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Guest, the last post of this topic is over 60 days old and at this point you may not reply in this topic. If you wish to continue this conversation start a new topic.
Posted 09 October 2012 - 11:12 PM
Posted 09 October 2012 - 11:56 PM
I could write the algorithm to do this myself if I took the time to work it out, but I wanted to see if someone else has done it first.
I'm working on a voxel engine for a game that I'm working on, and I need to trace a ray from the camera's position out a certain distance to try to find the nearest intersection. I was thinking of just taking the cell that the camera is in, then taking the direction, figuring out at what point the ray leaves the cell, then figure out what the next cell is that it will enter. I would keep doing this until I find an intersection.
Does anyone have experience with this? Maybe you have an algorithm that can do just that?
CurrentCell = GetCell(Ray.Start); //we start in the current cell EndCell = GetCell(Ray.End); //we mark the last cell so we know where to stop. while(CurrentCell!=EndCell){ //we only need to check at most 3 faces depending on the direction of the ray(since we obviously can't hit faces we're not heading towards) Vector3 Result; //Store ray point. int Faces[3]; Faces[0] = Ray.Direction.x<0.0f?LEFT:(Ray.Direction.x>0.0f?Right:-1); //if direction.x == 0 then no need to test the face; Faces[1] = Ray.Direction.y<0.0f?BOTTOM:(Ray.Direction.y>0.0f?TOP:-1); //" " Faces[2] = Ray.Direction.z<0.0f?BACK:(Ray.Drection.z>0.0f?FRONT:-1); //" " for(int i=0;i<3;i++){ if(Faces[i]==-1) continue; if(CheckPlanexRay(CurrentCell.VoxelPlane[Faces[i]], Ray, &Result)){ //we need the point that intersects this cell. if(CurrentCell.CheckPointInVoxel(Result)){ CurrentCell = CurrentCell.GetNeighbor(Faces[i]); if(CurrentCell.isClosed()) return Result, CurrentCell;. break; } } } return null; }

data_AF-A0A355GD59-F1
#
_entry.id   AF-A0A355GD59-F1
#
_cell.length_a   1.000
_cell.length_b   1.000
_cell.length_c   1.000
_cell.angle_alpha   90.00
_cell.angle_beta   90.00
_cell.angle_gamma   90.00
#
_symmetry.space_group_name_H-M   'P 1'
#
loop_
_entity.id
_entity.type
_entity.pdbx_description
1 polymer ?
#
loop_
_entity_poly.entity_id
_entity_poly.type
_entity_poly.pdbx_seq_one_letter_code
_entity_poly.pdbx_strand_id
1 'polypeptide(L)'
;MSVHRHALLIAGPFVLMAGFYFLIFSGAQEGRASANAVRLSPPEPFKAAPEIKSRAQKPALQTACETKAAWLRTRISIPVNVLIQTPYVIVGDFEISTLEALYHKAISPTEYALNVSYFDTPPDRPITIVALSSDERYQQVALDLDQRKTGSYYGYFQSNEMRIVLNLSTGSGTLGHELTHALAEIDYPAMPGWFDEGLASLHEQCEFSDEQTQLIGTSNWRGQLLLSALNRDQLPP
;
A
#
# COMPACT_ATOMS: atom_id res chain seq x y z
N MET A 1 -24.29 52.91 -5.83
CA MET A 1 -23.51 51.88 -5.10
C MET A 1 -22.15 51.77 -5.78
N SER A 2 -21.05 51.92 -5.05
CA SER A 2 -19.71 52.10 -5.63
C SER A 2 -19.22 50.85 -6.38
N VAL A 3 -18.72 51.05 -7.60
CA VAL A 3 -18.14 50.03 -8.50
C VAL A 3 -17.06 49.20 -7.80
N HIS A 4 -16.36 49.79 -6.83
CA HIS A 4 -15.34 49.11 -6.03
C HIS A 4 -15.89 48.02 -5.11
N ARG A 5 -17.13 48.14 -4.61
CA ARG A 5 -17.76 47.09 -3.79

Edited by slicer4ever, 09 October 2012 - 11:59 PM.
Posted 10 October 2012 - 01:59 AM
Posted 10 October 2012 - 05:39 AM
For simplicity, since my voxels are 1x1x1 in size, I decided I could just move the ray by 1 unit, then get the cell that the ray is in, then check collision within that cell. Then I just keep incrementing it until I either reach my max length, or I find collision. Now I just need to remember how to collide a 3D ray with a 3D quad.
Posted 11 October 2012 - 12:56 AM
Posted 11 October 2012 - 01:09 AM
Edited by luca-deltodesco, 11 October 2012 - 01:10 AM.
Posted 11 October 2012 - 01:26 AM
You should really just look up the DDA algorithm as previously suggested, it is 'far' simpler implementation than what you have described.
int sign = Math.Sign(direction) float distance; if(sign == 1) { distance = 1 - value; } else if(sign == -1) { distance = -value; } else { distance = infinity; }
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